The dining scene up north has been on the boil for a few years now, but 2016 might be the best year yet. The Queensland capital has scene-stealing top-end restaurants, on-trend barbecue joints and overflows from the CBD into the outer suburbs in a way not seen in other cities. Brisbane has also become a key market for Sydney and Melbourne restaurateurs opening second restaurants like Shaun Presland’s riverside Japanese fine diner Sake and the newly opened Otto Ristorante from Fink Group (Quay restaurant in Sydney) that picked up best new restaurant at the Good Food Guide Awards in July this year.
Diners in the city are reclaiming the “Brisvegas” monicker that was once used to sarcastically describe the then-quiet city. Now, like Las Vegas itself, Brisbane is an adult playground for foodies with everything from awarded restaurants to killer cheap eats, and everything in between.
Let’s start at the top end, with one of the newest entries into the thriving food scene. Jerome Batten’s Gauge (77 Grey St, South Brisbane; no website) bolted out of the gate this year winning hearts, stomachs and awards for the popular young restaurateur. Batten and his team – chefs Ollie Hansford and Cormac Bradfield – already had form with the wildly popular Sourced Grocer (11 Florence St, Teneriffe; sourcedgrocer.com.au), a café and providore serving upmarket takes on café staples. And now Gauge takes things one step further so the bread you grab with your coffee might be the black fermented garlic bread with burnt butter and burnt vanilla or a bircher muesli that looks like it should be in an art gallery.
This game of “Am I a café, or am I a fine diner?” might be the signature move for laidback Brissie where diners want new flavours but not the white tablecloths that traditionally come with cutting-edge food. Brisbane’s food is playful, creative and casual but comes with a side order of well-perfected technique from chefs that have worked hard to make the city an exciting place to eat. You will find a lot of owner/chefs drawn north by the cheaper rents and opportunity for a sea change.
Cafés like no other
Another café player is the busy gem that is Pearl Café (28 Logan Rd, Woolloongabba; facebook.com/pearl.cafe.brisbane) where you can get a mulberry and pistachio tart or a plate of South Australian sardines with horseradish, pea and radish. Owner Daniel Lewis has further blurred the lines by opening The Servery, a chef’s table up stairs from Pearl where you can watch all the action in a restaurant-style setting. The popularity of this diner in the south-eastern suburbs is proof that Brisbane’s culinary appeal extends well beyond the CBD.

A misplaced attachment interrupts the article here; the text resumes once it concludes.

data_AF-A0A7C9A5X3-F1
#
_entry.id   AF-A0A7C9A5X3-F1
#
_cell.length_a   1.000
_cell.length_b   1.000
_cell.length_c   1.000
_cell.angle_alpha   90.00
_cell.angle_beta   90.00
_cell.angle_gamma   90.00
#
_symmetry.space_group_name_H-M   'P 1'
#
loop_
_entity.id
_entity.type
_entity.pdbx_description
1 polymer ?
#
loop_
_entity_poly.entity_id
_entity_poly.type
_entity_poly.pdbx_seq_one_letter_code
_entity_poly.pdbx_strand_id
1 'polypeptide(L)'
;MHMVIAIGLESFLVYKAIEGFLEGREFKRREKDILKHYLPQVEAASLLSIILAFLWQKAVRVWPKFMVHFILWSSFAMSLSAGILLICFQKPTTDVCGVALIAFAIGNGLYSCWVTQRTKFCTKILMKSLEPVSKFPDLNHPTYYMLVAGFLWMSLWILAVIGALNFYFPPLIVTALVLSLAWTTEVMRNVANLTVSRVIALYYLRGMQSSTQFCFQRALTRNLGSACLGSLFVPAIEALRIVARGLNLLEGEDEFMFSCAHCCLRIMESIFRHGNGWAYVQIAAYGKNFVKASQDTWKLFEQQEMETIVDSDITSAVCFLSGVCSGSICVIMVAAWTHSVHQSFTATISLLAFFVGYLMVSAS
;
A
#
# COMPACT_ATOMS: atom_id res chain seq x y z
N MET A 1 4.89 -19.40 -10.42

In fact the Brisbane suburbs are full of celebrity chefs (like Ben O’Donoghue’s Billykart in Annerley), upscale burger joints (Getta Burger in Ashgrove) and great affordable eats (Bird’s Best Yakitori in West End). One of the first to head this suburban charge was Brent Farrell of 85 Miskin St (85 Miksin Street, Toowong; 85miskinst.com.au). Farrell had a suburban pop-up popular with locals before converting to a more permanent bricks-and-mortar home to his French-inspired cuisine last year.
This broad reach of good food in the city gives the scene a depth that is often lacking in Sydney and Melbourne; both cities that can be very inner-city centric when it comes to good food. A geographical spread means diners have a wide range of options and can take the pressure of an oversupplied CBD.
American sunshine state revolution
But Brisbane’s dining scene does take some cues from the rest of the county when it comes to food trends. For the past few years Australia has been going crazy for American barbecue and Tex Mex and Sunshine State diners are no exception.
The Smoke BBQ (85 Merthyr Road, New Farm; thesmokebbq.com.au) offers spice-rubbed ribs, buffalo wings and smoked beef quesadillas. Another suburban discovery in an unassuming shopfront is Carolina Kitchen (38 Macaulay St, Coorparoo) that offers American soul food like chilli dogs and wings from its restaurant and on the go at its mobile food truck (check their Facebook page for locations). For Mexican flavours try stalwart Pepe’s (5/48 Goggs Rd, Jindalee; pepesjindalee.com) whose enchiladas are the talk of the town or El Torito (146 Boundary St, West End; eltoritomexican.com.au) which is a more traditional take on southern cuisine but still has favourites like tacos full or shredded meat.
Brisbane has something for every taste, so head north to discover one of the most exciting foodie destinations in Australian right now.
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